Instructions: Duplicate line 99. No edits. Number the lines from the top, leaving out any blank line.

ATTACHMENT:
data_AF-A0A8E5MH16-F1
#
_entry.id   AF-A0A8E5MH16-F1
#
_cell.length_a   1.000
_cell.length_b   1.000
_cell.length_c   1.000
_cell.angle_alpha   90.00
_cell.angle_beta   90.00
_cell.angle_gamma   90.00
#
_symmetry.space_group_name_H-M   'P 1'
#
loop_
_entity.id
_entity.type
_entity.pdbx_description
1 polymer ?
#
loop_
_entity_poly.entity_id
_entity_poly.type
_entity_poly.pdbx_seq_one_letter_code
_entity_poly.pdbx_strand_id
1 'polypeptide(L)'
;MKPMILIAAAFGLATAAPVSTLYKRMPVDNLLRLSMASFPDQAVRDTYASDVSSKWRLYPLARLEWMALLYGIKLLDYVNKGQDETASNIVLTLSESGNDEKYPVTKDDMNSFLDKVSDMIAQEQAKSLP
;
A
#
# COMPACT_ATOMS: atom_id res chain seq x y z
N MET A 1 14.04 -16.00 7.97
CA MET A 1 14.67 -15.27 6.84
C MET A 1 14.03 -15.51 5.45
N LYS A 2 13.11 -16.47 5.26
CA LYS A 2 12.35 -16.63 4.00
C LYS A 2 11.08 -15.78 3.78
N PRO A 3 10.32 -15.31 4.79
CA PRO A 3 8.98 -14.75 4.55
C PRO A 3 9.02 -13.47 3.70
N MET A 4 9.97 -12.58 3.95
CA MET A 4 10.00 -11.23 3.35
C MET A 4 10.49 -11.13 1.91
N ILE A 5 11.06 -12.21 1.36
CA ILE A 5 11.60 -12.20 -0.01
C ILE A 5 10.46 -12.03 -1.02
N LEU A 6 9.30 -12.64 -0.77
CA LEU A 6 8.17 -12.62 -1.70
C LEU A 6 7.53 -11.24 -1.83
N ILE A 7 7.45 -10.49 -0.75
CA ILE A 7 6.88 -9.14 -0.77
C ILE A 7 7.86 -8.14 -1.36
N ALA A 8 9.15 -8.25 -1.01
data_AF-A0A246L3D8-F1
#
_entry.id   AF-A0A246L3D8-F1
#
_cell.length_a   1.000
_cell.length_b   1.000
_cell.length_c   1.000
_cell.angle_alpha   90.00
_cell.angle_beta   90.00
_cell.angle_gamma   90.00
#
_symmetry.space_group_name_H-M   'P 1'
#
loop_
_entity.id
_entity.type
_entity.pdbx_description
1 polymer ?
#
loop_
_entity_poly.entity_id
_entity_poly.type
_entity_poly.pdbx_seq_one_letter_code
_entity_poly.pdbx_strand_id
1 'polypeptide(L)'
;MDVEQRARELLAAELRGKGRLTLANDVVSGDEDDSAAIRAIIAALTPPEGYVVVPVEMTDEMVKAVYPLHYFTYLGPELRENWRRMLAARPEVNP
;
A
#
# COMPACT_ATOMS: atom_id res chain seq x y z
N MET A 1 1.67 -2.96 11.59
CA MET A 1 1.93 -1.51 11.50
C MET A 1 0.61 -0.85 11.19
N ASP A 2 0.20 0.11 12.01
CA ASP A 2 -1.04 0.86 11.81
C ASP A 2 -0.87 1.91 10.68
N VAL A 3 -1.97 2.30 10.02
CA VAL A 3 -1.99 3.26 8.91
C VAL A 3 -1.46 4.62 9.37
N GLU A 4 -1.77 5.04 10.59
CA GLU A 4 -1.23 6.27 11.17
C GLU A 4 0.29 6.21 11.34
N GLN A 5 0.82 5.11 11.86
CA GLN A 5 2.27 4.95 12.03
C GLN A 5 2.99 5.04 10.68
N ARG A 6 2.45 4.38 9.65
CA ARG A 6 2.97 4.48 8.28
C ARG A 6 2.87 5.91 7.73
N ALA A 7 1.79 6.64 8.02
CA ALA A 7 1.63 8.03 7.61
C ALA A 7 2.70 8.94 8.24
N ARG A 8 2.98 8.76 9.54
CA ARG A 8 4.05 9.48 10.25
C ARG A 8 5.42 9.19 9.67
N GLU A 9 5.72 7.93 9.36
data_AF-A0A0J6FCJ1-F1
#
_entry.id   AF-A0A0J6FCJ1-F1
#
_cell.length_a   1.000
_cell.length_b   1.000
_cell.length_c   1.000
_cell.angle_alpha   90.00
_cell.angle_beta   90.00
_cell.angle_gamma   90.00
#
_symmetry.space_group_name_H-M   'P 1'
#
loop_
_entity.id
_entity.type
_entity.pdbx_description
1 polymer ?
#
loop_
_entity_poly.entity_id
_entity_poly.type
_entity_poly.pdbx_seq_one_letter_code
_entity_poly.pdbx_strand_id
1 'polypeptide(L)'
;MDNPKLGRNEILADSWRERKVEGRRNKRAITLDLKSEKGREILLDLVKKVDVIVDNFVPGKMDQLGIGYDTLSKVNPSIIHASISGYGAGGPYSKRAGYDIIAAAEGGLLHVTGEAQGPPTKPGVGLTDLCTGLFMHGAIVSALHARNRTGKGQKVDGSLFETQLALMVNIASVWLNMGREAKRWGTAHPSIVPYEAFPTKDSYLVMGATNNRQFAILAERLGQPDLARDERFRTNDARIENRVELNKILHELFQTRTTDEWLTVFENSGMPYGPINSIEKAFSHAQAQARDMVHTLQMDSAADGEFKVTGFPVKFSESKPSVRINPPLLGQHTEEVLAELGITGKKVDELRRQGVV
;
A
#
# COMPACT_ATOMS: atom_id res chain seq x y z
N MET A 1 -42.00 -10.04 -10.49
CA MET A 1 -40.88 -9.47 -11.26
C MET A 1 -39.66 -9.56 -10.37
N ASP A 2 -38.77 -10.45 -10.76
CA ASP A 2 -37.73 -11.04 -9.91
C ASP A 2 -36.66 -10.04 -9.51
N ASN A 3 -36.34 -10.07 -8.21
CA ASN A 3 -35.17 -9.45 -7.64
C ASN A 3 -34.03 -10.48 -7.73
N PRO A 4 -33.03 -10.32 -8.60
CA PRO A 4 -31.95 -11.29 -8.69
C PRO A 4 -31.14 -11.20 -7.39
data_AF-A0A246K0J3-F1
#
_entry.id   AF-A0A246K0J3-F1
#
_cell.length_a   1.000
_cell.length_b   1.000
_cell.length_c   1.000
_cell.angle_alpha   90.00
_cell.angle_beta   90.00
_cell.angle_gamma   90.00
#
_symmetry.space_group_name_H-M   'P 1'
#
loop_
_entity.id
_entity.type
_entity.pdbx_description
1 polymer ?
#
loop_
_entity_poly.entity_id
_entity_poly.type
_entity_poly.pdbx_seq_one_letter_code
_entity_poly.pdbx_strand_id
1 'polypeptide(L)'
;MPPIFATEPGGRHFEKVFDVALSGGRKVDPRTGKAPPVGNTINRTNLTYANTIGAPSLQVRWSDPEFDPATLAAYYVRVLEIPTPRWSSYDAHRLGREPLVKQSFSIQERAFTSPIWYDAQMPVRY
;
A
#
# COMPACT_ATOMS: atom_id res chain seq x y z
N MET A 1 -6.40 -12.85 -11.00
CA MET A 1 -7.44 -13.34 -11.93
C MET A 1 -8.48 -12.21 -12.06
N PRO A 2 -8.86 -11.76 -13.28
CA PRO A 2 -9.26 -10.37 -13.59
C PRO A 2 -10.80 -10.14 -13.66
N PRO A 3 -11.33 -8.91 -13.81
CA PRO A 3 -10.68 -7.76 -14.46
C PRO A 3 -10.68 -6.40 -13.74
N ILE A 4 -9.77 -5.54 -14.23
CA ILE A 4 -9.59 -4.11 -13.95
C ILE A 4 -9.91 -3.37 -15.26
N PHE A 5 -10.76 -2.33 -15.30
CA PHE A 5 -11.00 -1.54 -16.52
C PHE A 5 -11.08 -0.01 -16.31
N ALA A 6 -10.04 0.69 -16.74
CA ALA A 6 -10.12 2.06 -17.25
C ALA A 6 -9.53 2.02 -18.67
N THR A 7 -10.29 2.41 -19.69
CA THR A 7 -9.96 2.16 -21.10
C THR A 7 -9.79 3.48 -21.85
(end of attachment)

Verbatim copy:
CA ARG A 6 2.97 4.48 8.28